Another thing to keep in mind before taking the shot, you have looked around and assessed what will be in your frame. If you have a very dark areas behind your subject you will have to underexpose because your camera will pick up the very dark areas and will want to make those darker area lighter. If you don’t work the exposure your subject will be over exposed and you will loose detail in it.
Also if you have a very bright area behind your subject you will have to overexpose because your camera will pick up the very bright areas and will want to make those bright areas darker. Again. if you don’t work the exposure your subject will be underexposed and you will loose detail in it.
You can fool your camera by underexposing so that the darks stay dark and your subject still has its detail. The image below is where to find your exposure meter on the LCD monitor on the back if the camera if you push the Info button or on the top Info panel if your camera has one. (Remember all settings are symbolized slightly differently from make to make).
So each little dot on that exposure meter line is a single 1/3 (third). At every third dot you will then have one full stop under or overexposed. Moving the little line below the zero (which is neutral) to the left underexposes and moving it to the right will over expose it.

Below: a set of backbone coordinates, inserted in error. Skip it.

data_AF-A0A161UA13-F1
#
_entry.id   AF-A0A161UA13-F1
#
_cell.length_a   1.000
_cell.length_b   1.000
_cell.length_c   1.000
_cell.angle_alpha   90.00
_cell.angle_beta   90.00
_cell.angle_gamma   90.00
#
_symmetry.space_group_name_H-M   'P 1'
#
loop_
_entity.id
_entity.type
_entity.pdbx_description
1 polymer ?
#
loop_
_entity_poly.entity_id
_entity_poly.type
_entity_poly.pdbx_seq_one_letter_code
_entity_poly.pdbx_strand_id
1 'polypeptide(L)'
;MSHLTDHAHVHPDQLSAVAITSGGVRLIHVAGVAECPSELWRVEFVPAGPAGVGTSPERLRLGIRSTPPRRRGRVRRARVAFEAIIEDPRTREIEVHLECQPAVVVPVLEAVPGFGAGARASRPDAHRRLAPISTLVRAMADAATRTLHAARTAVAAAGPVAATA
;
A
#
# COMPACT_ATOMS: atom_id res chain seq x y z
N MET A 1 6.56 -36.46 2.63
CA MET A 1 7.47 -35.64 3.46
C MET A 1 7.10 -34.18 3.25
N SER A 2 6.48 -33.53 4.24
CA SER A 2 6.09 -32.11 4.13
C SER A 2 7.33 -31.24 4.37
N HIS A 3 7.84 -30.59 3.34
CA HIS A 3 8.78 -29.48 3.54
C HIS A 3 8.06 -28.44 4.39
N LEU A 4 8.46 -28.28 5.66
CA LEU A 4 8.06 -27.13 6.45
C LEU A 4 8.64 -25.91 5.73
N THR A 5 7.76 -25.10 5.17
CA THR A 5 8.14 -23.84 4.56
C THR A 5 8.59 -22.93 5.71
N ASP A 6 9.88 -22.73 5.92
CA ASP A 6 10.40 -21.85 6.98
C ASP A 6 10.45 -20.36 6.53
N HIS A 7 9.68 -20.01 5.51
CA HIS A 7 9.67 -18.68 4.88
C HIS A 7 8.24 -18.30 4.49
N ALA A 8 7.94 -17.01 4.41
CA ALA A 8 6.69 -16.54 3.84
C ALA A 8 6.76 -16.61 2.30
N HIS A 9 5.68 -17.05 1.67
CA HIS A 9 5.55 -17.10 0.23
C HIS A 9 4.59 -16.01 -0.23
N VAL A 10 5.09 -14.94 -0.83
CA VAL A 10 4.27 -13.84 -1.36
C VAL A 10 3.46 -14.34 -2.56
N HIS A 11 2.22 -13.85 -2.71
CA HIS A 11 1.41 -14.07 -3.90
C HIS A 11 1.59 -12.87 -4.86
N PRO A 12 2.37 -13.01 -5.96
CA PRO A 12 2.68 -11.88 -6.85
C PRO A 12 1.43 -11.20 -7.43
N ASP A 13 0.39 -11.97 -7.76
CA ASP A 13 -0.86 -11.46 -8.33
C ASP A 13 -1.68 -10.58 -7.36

Here are examples of unedited images where I had to underexpose to keep the darks dark and keep detail in my subjects.
Here are examples of images where I had to overexpose, fooling the camera in keeping the bright areas bright and keep detail in my subjects.
Lastly, underexposing a lot with a subject against a bright sky while on evaluative metering is great for silhouette type images. There is a difference between a silhouette image and an into the sun image but will get to that when I chat about spot metering.
Just before we jump to the next mode, here are examples of a silhouette images.
2 – Spot Metering
I use spot metering for the other 5-10% of my photography.
Spot Metering only evaluates the light around your focus point and ignores everything else. It evaluates a single zone/cell and calculates exposure based on that single area, nothing else.